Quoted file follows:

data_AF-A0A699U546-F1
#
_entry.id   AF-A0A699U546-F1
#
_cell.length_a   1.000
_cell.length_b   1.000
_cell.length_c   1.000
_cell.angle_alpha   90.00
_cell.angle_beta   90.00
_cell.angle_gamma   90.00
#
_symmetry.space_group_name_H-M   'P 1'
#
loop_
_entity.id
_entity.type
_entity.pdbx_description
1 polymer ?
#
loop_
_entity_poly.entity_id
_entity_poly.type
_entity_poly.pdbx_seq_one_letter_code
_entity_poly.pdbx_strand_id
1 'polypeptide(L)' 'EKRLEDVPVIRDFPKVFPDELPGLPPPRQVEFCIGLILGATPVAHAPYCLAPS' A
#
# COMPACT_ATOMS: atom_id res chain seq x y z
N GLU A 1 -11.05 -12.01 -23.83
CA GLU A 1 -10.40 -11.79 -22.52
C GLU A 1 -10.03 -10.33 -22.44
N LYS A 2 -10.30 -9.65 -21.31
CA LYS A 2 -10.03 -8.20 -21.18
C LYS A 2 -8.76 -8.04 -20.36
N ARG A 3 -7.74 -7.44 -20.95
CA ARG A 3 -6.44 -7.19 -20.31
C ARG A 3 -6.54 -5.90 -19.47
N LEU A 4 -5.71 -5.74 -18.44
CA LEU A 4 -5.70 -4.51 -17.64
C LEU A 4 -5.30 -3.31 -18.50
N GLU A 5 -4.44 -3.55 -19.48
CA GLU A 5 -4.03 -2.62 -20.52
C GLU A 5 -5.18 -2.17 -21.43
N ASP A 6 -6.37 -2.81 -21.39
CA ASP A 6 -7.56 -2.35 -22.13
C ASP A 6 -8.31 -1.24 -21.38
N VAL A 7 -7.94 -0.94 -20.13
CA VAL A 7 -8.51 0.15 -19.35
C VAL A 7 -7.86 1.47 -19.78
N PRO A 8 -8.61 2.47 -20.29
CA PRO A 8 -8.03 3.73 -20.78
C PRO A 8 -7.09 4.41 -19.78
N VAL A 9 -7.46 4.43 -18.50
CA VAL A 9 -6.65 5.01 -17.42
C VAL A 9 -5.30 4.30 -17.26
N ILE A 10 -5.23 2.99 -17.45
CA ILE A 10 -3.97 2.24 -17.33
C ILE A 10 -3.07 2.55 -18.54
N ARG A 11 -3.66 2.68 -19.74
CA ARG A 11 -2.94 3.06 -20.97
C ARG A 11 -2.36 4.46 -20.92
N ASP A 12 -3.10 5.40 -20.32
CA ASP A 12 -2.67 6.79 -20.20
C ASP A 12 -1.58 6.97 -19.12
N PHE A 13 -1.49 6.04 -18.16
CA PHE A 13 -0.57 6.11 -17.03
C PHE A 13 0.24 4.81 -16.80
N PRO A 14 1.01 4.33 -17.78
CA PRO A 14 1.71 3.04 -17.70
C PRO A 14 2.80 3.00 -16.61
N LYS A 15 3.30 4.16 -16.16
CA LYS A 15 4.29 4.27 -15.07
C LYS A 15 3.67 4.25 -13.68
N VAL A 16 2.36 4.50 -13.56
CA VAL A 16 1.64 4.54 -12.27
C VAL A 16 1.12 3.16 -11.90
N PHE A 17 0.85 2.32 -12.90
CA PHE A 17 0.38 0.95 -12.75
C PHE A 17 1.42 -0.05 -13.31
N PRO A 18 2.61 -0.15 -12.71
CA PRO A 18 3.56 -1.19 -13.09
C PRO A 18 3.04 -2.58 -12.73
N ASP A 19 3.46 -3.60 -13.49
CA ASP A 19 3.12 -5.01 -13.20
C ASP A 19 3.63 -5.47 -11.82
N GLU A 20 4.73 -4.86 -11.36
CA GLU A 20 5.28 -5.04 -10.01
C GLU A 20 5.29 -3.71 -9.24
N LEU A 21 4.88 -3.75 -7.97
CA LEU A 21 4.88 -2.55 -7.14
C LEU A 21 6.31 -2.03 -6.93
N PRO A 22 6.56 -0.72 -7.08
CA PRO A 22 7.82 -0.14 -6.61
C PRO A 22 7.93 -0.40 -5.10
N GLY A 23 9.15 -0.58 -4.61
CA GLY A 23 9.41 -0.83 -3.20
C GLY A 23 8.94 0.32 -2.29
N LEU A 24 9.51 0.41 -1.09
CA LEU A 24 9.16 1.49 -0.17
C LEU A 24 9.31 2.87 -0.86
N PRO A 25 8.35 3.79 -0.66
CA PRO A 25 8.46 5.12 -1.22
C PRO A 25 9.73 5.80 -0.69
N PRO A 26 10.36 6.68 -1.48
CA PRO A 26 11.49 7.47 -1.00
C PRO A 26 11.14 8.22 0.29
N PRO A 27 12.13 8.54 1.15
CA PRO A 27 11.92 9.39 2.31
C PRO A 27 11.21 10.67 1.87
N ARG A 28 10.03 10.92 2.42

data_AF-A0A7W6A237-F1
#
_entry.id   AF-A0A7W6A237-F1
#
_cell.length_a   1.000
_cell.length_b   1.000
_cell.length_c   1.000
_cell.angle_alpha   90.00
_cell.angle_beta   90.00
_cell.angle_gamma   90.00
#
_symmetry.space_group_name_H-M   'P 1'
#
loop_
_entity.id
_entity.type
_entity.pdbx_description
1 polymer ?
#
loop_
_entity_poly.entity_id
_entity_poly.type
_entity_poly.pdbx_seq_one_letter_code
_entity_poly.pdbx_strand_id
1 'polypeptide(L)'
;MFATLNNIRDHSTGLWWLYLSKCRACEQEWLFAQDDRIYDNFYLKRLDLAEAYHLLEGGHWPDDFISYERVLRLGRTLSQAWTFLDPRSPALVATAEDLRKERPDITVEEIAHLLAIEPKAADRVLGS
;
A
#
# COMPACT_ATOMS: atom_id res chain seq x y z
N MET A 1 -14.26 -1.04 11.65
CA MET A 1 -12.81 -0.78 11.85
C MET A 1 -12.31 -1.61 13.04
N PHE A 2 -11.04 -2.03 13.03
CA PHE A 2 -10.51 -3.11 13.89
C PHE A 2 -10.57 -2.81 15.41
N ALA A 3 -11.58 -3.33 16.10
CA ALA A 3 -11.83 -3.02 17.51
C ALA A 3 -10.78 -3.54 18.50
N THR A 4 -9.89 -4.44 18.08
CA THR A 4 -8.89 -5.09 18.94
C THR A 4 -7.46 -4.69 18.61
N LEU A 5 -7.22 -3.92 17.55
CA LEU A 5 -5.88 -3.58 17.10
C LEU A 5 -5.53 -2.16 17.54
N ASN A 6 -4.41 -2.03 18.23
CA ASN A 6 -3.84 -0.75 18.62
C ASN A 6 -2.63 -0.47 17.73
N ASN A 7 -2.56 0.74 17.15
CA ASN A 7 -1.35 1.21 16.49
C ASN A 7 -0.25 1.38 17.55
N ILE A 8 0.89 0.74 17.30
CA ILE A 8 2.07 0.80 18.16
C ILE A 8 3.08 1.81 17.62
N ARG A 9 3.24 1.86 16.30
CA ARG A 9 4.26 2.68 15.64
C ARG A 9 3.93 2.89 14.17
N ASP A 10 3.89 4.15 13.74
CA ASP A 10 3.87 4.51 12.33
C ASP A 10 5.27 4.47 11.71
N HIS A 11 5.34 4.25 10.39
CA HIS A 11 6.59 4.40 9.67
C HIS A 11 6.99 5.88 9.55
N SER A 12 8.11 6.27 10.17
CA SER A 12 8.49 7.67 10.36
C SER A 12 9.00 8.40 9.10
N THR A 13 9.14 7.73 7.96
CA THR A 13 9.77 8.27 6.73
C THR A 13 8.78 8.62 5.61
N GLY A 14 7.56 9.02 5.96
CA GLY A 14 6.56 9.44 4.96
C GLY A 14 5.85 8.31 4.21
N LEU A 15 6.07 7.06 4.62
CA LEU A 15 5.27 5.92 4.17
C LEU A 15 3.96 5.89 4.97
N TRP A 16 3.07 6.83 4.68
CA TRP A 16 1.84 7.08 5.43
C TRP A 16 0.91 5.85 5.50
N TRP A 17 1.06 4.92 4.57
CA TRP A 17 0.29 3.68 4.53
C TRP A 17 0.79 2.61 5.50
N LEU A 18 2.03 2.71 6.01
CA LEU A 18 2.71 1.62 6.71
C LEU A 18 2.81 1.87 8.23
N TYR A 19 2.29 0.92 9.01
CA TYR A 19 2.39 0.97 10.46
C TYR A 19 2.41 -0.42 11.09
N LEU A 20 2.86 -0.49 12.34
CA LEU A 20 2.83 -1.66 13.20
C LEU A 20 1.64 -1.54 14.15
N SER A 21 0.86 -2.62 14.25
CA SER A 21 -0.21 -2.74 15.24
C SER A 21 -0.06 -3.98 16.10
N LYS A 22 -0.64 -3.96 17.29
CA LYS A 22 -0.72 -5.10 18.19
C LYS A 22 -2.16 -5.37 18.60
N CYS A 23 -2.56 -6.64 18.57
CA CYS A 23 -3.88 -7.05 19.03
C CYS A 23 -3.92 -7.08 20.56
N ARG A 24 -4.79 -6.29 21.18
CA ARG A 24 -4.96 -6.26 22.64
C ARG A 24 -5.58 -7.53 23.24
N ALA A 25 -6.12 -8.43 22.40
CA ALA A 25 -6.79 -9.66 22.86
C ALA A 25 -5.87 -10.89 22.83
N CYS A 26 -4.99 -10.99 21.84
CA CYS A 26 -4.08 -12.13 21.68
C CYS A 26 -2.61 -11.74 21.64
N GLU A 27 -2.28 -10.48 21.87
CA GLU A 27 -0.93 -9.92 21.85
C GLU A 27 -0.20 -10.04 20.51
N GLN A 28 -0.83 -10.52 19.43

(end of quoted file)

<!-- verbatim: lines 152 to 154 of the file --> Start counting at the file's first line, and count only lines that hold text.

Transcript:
N LEU A 5 -7.22 -3.92 17.55
CA LEU A 5 -5.88 -3.58 17.10
C LEU A 5 -5.53 -2.16 17.54